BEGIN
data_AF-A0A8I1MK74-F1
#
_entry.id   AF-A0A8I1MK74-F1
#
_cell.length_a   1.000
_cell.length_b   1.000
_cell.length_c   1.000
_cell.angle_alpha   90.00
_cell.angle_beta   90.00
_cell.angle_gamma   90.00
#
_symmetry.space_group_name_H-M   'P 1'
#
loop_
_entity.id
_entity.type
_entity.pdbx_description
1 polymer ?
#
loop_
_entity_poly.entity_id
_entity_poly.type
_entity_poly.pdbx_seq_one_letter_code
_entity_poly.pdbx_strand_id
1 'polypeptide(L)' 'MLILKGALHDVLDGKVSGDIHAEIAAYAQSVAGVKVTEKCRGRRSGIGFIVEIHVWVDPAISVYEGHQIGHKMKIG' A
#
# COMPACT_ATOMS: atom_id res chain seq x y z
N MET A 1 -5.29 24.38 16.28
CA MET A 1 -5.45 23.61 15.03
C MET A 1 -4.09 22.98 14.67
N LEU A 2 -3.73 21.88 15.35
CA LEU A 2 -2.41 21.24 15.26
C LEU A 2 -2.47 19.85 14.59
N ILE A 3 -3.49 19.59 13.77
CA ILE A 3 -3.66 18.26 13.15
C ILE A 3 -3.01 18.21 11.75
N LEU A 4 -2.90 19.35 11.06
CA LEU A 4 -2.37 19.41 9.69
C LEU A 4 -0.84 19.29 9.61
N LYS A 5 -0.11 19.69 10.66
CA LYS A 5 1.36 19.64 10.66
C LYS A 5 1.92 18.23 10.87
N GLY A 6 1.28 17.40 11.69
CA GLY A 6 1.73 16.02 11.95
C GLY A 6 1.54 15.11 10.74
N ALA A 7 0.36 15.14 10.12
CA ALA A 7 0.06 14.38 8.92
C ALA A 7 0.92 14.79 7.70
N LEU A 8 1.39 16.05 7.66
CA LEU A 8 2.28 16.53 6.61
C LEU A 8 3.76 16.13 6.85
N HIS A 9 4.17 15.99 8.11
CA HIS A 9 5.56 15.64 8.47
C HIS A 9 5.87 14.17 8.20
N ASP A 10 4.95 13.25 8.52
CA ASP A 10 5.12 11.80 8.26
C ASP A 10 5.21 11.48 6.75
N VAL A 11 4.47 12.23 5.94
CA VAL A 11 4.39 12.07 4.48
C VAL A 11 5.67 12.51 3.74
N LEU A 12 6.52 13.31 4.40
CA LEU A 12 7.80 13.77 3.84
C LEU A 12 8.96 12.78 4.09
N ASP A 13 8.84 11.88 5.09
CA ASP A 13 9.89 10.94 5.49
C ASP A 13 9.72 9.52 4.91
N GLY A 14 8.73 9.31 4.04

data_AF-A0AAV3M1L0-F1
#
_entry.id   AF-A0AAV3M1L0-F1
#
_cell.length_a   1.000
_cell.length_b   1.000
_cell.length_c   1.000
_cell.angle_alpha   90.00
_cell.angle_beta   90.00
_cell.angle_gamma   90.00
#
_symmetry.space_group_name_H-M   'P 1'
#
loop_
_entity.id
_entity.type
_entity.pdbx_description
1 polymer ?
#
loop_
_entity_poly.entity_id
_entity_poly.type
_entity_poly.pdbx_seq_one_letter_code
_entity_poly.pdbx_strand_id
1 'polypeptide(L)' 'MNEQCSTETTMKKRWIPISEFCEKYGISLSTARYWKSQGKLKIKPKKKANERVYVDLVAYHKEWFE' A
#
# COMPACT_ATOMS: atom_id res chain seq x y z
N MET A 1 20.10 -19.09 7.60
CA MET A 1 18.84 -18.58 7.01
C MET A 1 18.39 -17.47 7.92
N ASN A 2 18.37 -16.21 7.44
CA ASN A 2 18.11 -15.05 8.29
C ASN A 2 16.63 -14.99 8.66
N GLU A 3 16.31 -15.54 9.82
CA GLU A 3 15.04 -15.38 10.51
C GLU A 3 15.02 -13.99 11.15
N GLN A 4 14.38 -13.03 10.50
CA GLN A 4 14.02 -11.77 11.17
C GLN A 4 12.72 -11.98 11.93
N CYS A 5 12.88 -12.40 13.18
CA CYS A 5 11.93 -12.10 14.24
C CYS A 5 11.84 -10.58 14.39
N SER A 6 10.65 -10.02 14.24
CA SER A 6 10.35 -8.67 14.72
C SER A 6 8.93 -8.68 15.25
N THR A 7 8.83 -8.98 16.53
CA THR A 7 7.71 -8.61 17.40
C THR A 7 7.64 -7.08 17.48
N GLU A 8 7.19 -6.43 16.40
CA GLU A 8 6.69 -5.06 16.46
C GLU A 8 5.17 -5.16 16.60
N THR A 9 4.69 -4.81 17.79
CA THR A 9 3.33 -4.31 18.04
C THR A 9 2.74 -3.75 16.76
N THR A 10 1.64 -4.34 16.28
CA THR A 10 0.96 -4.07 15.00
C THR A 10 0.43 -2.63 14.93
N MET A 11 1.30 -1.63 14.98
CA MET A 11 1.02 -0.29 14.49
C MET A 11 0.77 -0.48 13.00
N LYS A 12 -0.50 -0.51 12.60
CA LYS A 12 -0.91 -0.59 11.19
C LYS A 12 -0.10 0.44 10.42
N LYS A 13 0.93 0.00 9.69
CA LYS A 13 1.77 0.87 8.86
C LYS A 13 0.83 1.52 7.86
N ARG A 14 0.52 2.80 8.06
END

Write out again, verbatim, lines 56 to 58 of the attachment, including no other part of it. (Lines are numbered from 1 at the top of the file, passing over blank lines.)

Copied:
CA ASP A 10 5.12 11.80 8.26
C ASP A 10 5.21 11.48 6.75
N VAL A 11 4.47 12.23 5.94